Based on their own experience, Kirsten and Devin added that you should spend as much as you possibly can to make sure you’re getting a quality vehicle — because if you go the cheaper route, you might just end up spending even more than you would’ve more on repairs.

“Whatever you can afford to spend, go to the top of that budget and spend it on quality,” Devin said. “Get a quality RV — something that’s been taken care of.”

2. Get a professional inspection.

Before you agree to buy an RV, make sure that you get an RV inspection. Like a home inspection, an RV inspection is a visual inspection of the “life safety systems” inside the vehicle to ensure everything is in working order.

You might not think it’s important to get an RV inspection, but Kirsten and Devin learned the hard way just how necessary it is. When they bought their first fifth-wheel trailer from a dealer, they decided against an inspection — and as soon as they started doing renovations, they discovered $2,000 worth of water damage under the couch.

3. Educate yourself on RV life before you hit the road.

Once you hit the road and begin your RV journey, you are bound to hit a few snags — and if you’re not prepared, they will drain your bank account. That’s why, before you pack up and start your new life, Bennett suggests reading up on some of the many RV resources available.

“Get a solid basic understanding of what you need to know first when it comes to RVs and RV life, from a qualified, reputable source,” she said. “You will save a lot of time and frustration, and avoid a lot of (potentially expensive) mistakes. With the right information and guidance up front, you will be able to fast-track your path to hitting the road in an RV with less hassle and more confidence.”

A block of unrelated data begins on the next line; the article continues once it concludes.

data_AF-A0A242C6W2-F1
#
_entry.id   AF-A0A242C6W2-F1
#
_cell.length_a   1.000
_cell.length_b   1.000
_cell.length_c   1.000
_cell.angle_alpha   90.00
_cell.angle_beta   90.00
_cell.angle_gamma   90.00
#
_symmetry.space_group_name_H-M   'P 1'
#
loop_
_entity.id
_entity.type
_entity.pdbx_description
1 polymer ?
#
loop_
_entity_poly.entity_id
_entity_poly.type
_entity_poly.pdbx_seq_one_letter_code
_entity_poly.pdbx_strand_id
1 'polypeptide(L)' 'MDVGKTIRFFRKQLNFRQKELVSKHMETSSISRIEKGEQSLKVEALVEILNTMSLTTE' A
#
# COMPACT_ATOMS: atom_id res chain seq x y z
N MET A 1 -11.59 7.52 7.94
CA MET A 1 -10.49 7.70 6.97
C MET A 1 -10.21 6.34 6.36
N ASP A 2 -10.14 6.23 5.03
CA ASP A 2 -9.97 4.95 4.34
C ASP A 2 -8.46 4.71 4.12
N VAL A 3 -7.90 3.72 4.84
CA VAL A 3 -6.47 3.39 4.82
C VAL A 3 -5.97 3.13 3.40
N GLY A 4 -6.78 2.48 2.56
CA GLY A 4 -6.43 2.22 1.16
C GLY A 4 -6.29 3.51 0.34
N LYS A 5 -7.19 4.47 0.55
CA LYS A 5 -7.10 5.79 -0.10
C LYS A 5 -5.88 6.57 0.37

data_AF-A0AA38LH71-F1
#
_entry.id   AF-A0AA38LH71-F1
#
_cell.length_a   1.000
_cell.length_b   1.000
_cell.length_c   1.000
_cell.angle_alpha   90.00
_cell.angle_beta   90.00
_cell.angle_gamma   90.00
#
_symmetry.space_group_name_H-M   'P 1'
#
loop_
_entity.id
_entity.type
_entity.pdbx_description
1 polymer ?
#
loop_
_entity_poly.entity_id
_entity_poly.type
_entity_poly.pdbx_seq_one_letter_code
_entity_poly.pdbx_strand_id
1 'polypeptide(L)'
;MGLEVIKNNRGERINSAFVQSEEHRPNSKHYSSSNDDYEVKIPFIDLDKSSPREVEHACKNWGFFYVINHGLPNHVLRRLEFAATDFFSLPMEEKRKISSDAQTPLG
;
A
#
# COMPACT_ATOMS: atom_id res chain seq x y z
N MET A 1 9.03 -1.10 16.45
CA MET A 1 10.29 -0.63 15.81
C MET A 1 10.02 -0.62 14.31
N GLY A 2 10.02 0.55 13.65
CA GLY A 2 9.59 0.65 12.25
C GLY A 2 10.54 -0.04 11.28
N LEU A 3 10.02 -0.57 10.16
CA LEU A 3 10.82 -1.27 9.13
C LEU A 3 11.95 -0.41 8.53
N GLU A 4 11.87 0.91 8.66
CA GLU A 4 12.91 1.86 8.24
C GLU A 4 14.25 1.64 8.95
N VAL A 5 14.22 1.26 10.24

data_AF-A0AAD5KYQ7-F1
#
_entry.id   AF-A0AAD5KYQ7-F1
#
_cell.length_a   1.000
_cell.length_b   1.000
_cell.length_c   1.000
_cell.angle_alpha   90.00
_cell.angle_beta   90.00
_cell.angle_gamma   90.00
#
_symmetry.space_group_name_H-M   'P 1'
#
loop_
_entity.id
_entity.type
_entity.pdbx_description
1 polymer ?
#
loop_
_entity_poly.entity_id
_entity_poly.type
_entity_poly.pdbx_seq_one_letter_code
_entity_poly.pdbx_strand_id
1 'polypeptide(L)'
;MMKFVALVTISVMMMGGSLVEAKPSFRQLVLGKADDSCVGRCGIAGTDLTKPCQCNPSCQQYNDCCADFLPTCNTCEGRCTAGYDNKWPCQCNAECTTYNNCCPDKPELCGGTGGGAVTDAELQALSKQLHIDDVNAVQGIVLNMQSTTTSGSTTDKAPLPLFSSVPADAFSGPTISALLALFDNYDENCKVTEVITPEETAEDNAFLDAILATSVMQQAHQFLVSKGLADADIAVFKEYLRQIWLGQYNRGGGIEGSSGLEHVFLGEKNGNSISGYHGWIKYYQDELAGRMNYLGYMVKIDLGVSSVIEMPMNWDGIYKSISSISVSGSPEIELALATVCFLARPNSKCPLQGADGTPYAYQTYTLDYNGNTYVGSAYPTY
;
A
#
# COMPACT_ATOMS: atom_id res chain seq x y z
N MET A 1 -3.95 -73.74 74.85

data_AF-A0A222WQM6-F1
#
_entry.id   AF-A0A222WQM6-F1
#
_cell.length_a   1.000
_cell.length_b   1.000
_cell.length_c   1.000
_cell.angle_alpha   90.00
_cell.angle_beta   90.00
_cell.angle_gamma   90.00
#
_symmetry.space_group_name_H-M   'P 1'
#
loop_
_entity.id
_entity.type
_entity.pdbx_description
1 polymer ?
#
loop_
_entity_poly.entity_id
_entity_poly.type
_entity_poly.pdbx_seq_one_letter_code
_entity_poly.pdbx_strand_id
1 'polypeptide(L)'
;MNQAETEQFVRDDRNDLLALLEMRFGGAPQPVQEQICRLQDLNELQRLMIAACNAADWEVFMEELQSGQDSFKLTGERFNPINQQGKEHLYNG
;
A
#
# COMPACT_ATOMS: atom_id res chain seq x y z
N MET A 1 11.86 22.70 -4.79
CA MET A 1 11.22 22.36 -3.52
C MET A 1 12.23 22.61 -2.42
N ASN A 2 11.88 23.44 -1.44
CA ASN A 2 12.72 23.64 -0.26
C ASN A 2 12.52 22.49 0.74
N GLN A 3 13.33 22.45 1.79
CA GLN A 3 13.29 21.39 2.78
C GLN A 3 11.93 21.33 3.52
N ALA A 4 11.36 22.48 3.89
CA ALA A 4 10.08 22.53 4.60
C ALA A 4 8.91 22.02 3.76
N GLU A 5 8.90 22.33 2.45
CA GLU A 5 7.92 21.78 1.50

Blogs are a great place to start when it comes to learning about life on the road. Kirsten and Devin also exchange tips and tricks with fellow RVers via niche Facebook groups and, of course, Instagram.

4. Don’t be afraid to visit less populated parks and areas.

“There is so much beauty and jaw-dropping landscape in the country, and driving is the best way to see it,” Bennett said. “Right now, everyone is heading to the most popular national parks and places, which means they are getting overcrowded. Some of our best RV experiences have been in places you have probably never heard of, so head to less touristy places (especially now during the pandemic) and discover more rural locations and hidden gems that will not only be less crowded, but less expensive, too.”

Want to save money and stay put? Here are some tiny homes to shop on Amazon:

Shop: Allwood Solvalla 172 SQF Studio Cabin Kit, $7,290

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Shop: Allwood Claudia 209 SQF Cabin Kit, $9,650

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Shop: Allwood Arland 227 SQF Studio Cabin Garden House Kit, $9,990

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Shop: Allwood Palma 3 176 SQF 2-Room Studio Cabin Kit, $9,800